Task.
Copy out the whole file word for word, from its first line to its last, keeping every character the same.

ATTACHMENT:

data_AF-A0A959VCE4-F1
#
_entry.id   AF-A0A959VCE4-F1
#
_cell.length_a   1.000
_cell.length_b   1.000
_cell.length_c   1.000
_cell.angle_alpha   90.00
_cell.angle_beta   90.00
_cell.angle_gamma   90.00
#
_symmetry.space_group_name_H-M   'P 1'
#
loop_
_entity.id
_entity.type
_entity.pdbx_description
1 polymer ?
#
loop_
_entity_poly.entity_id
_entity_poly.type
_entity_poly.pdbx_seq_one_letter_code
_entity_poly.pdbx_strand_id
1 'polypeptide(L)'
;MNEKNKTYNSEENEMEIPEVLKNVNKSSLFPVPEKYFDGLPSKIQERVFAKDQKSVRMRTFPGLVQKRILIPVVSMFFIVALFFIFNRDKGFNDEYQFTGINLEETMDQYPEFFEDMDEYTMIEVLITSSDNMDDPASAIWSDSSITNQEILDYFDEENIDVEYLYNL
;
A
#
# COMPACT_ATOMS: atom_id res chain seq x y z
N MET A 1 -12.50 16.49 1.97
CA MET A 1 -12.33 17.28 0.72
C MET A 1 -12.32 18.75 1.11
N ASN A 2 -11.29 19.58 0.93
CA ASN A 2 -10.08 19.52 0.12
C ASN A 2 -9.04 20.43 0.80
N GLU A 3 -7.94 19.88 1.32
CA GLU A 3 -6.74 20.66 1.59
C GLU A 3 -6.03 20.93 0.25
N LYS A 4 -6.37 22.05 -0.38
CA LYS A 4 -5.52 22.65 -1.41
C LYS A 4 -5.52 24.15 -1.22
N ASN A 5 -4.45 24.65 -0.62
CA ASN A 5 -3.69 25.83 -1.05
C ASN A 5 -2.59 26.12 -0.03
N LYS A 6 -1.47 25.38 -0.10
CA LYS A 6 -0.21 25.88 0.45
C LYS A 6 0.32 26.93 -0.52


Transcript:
data_AF-A0A959VCE4-F1
#
_entry.id   AF-A0A959VCE4-F1
#
_cell.length_a   1.000
_cell.length_b   1.000
_cell.length_c   1.000
_cell.angle_alpha   90.00
_cell.angle_beta   90.00
_cell.angle_gamma   90.00
#
_symmetry.space_group_name_H-M   'P 1'
#
loop_
_entity.id
_entity.type
_entity.pdbx_description
1 polymer ?
#
loop_
_entity_poly.entity_id
_entity_poly.type
_entity_poly.pdbx_seq_one_letter_code
_entity_poly.pdbx_strand_id
1 'polypeptide(L)'
;MNEKNKTYNSEENEMEIPEVLKNVNKSSLFPVPEKYFDGLPSKIQERVFAKDQKSVRMRTFPGLVQKRILIPVVSMFFIVALFFIFNRDKGFNDEYQFTGINLEETMDQYPEFFEDMDEYTMIEVLITSSDNMDDPASAIWSDSSITNQEILDYFDEENIDVEYLYNL
;
A
#
# COMPACT_ATOMS: atom_id res chain seq x y z
N MET A 1 -12.50 16.49 1.97
CA MET A 1 -12.33 17.28 0.72
C MET A 1 -12.32 18.75 1.11
N ASN A 2 -11.29 19.58 0.93
CA ASN A 2 -10.08 19.52 0.12
C ASN A 2 -9.04 20.43 0.80
N GLU A 3 -7.94 19.88 1.32
CA GLU A 3 -6.74 20.66 1.59
C GLU A 3 -6.03 20.93 0.25
N LYS A 4 -6.37 22.05 -0.38
CA LYS A 4 -5.52 22.65 -1.41
C LYS A 4 -5.52 24.15 -1.22
N ASN A 5 -4.45 24.65 -0.62
CA ASN A 5 -3.69 25.83 -1.05
C ASN A 5 -2.59 26.12 -0.03
N LYS A 6 -1.47 25.38 -0.10
CA LYS A 6 -0.21 25.88 0.45
C LYS A 6 0.32 26.93 -0.52